The factory on the shores of beautiful Lake Varese in Lombardy, an early epicentre of the virus in Italy, had been continuing with a reduced workforce.

Now they have announced that from tomorrow (26 March 2020) will cease all activities until the production ban is lifted, whenever that might be.

They join other Italian motorcycle, car and automotive component factories in shutting down.

Other automotive factories have closed across Europe and Asia and Harley-Davidson in the USA has closed its factories.

Harley-Davidson 115th anniversary 110th 105thHarley’s Pilgrim Road factory where a worker tested positive

What closures mean to riders

Motorcycle factory closures may not have a huge impact on the supply of models as demand will also be down.

However, it could impact the supply of spare parts.

The closure of component factories such as Brembo will also hamper the supply chain and the production of many models such as BMW and Triumph.

Not that we may be able to lawfully ride soon, anyway.

Restrictions seem to be tightening daily as the coronavirus infection rate soars.Virus closures

Surely it’s time to act responsibly and safeguard the health and livelihoods of ourselves and others.

Source: MotorbikeWriter.com

BMW joins motorcycle manufacturing halt

The coronavirus pandemic has halted motorcycle manufacturing in the USA and Europe with BMW Motorrad the latest to temporarily stop assembly lines.

BMW Motorrad has halted manufacturing at its Spandau factory n Berlin, but we believe G 310 production is continuing in the TVR plant in India.

The company has also closed its Munich HQ and two museums.

In Australia, BMW’s GS Safari has been postponed from this month until May 24-29.

The recent 2016 BMW GS Safari was a huge success with 200 riders traversing the glorious off-roads of the Great Dividing Range around the NSW-Queensland border and hinterland. joins recallGS Safari in doubt

A spokeswoman says the event will “most definitely go ahead in May”, but we think that’s unlikely given the pandemic expected to be at its peak then.

“We are aware that medically we will still be in the midst of dealing with the COVID-19 virus Australia wide however under advisement the current travel restrictions will have changed which will allow us to run the event as planned,” the spokeswoman says.

Click here for other motorcycle event cancellations.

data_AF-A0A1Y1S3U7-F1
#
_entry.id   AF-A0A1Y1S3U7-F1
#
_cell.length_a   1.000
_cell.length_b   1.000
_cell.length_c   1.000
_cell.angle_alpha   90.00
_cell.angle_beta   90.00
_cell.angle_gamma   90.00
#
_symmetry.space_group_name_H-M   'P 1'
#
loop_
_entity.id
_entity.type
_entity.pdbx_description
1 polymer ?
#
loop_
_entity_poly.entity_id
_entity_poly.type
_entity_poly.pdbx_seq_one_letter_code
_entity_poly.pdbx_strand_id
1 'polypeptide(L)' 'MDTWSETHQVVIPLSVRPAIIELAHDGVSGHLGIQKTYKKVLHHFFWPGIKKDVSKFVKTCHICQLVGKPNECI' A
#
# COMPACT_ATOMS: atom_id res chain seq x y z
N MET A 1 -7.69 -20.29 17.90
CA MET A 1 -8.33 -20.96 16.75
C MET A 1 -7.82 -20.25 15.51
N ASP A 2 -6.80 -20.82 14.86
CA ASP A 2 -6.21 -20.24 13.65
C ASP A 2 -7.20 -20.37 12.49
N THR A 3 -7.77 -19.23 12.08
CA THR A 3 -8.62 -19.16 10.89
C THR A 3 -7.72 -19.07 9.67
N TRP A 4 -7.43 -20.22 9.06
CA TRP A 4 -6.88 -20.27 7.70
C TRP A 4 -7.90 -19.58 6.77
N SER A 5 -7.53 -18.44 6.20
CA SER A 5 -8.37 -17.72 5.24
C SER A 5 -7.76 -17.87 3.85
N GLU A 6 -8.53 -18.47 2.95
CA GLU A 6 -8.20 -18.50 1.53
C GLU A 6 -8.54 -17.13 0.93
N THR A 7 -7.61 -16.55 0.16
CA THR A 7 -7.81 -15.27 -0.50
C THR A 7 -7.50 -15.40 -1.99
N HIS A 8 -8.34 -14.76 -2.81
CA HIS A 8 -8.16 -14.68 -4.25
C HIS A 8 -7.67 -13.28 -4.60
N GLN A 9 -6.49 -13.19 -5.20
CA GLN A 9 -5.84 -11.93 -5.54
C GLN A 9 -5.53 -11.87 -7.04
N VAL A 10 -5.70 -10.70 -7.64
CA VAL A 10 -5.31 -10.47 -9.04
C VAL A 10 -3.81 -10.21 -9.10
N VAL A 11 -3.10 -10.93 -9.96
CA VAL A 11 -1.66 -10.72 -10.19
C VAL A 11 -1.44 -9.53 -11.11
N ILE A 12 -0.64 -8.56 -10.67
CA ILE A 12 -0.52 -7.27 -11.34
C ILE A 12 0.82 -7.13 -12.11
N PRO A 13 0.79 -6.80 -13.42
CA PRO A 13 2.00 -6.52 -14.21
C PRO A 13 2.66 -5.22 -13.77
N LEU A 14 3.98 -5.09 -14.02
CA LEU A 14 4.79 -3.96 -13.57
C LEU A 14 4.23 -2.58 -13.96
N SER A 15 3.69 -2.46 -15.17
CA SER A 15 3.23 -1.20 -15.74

Manufacturing halt

Break in new harley-Davidson engine factoryHarley’s Pilgrim Rd engine factory

Several motorcycle factories have closed across Europe while Harley-Davidson joined the temporary closure to clean its factories after a worker tested positive at their Milwaukee engine plant.

Ducati has extended its factory closure until March 25 and Brembo and Yamaha have closed their European factories until next Monday.

Moto Morini, KTM, Husqvarna and GasGas had already closed their factories in Italy and Austria.

The Piaggio Group – owner of Aprilia, Moto Guzzi and Vespa – closed its factories last weekend for a “deep clean” and returned to production this week.

Meanwhile, MV Agusta in Lombardy, the epicentre of the Italian coronavirus contagion, continues with a reduced workforce.

All these manufacturing halts may not have an immediate effect on motorcycle supplies, but could result in longer term delays, especially on spare parts.

Source: MotorbikeWriter.com

Which R 18 will BMW unveil in April?

BMW Motorrad will unveil their much-anticipated R 18 on 3 April 2020, but exactly what it will look like is still anyone’s guess.

So far they have shown two concepts – a retro classic and a modern cruiser – and there have been spy shots of touring models.

Perhaps they will unveil a whole family of R 18 models, all powered by the same massive 1802cc Boxer engine.

BMW Motorrad boss Dr. Markus Schramm certainly isn’t giving anything away:

With the R 18 and the associated entry into the cruiser segment, we are consistently pursuing our growth strategy with the clear goal of becoming the number one in the premium segment worldwide”.

The most recent spy shots show a full dresser to take on the HarleyDavidson and Indian Motorcycle tourers.

BMW R 18 full-dresserAll spy images: S. Baldauf/SB-Medien

Full dresser details

The most obvious feature is the fork-mounted “batwing” fairing that closely resembles that used by Harley.

However, it has a much higher four-dial instrument section. Unlike Harley and Indian full dressers, this doesn’t include satnav as there is a separate aftermarket GPS mounted on the bars.

There are also tacked-on lowers to protect your knees from the cold and rain that look more like an afterthought.